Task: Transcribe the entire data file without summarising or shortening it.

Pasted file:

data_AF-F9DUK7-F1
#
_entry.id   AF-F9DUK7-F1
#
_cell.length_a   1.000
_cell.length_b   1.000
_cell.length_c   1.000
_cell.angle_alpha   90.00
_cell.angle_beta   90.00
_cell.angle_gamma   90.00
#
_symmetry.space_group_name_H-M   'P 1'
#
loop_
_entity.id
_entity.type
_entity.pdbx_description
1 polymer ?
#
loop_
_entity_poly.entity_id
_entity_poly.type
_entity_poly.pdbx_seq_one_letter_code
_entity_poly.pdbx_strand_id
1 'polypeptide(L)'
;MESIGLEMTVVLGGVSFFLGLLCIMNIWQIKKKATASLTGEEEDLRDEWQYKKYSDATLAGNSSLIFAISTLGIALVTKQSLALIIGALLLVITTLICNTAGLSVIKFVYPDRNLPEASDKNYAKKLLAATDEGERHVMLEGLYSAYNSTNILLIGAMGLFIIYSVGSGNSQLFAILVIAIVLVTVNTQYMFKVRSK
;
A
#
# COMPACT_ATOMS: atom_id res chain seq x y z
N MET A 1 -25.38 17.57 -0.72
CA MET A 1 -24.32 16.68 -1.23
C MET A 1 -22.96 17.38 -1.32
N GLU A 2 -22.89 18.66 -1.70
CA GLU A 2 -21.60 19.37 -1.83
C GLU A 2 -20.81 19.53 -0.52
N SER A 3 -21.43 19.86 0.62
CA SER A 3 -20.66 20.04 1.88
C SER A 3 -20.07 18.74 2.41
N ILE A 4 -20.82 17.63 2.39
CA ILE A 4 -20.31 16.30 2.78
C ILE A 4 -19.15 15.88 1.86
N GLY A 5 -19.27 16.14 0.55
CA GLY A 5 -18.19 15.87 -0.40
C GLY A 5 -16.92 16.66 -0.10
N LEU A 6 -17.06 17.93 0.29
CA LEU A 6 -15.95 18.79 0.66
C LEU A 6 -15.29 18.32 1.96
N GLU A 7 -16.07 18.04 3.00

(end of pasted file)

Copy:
data_AF-F9DUK7-F1
#
_entry.id   AF-F9DUK7-F1
#
_cell.length_a   1.000
_cell.length_b   1.000
_cell.length_c   1.000
_cell.angle_alpha   90.00
_cell.angle_beta   90.00
_cell.angle_gamma   90.00
#
_symmetry.space_group_name_H-M   'P 1'
#
loop_
_entity.id
_entity.type
_entity.pdbx_description
1 polymer ?
#
loop_
_entity_poly.entity_id
_entity_poly.type
_entity_poly.pdbx_seq_one_letter_code
_entity_poly.pdbx_strand_id
1 'polypeptide(L)'
;MESIGLEMTVVLGGVSFFLGLLCIMNIWQIKKKATASLTGEEEDLRDEWQYKKYSDATLAGNSSLIFAISTLGIALVTKQSLALIIGALLLVITTLICNTAGLSVIKFVYPDRNLPEASDKNYAKKLLAATDEGERHVMLEGLYSAYNSTNILLIGAMGLFIIYSVGSGNSQLFAILVIAIVLVTVNTQYMFKVRSK
;
A
#
# COMPACT_ATOMS: atom_id res chain seq x y z
N MET A 1 -25.38 17.57 -0.72
CA MET A 1 -24.32 16.68 -1.23
C MET A 1 -22.96 17.38 -1.32
N GLU A 2 -22.89 18.66 -1.70
CA GLU A 2 -21.60 19.37 -1.83
C GLU A 2 -20.81 19.53 -0.52
N SER A 3 -21.43 19.86 0.62
CA SER A 3 -20.66 20.04 1.88
C SER A 3 -20.07 18.74 2.41
N ILE A 4 -20.82 17.63 2.39
CA ILE A 4 -20.31 16.30 2.78
C ILE A 4 -19.15 15.88 1.86
N GLY A 5 -19.27 16.14 0.55
CA GLY A 5 -18.19 15.87 -0.40
C GLY A 5 -16.92 16.66 -0.10
N LEU A 6 -17.06 17.93 0.29
CA LEU A 6 -15.95 18.79 0.66
C LEU A 6 -15.29 18.32 1.96
N GLU A 7 -16.07 18.04 3.00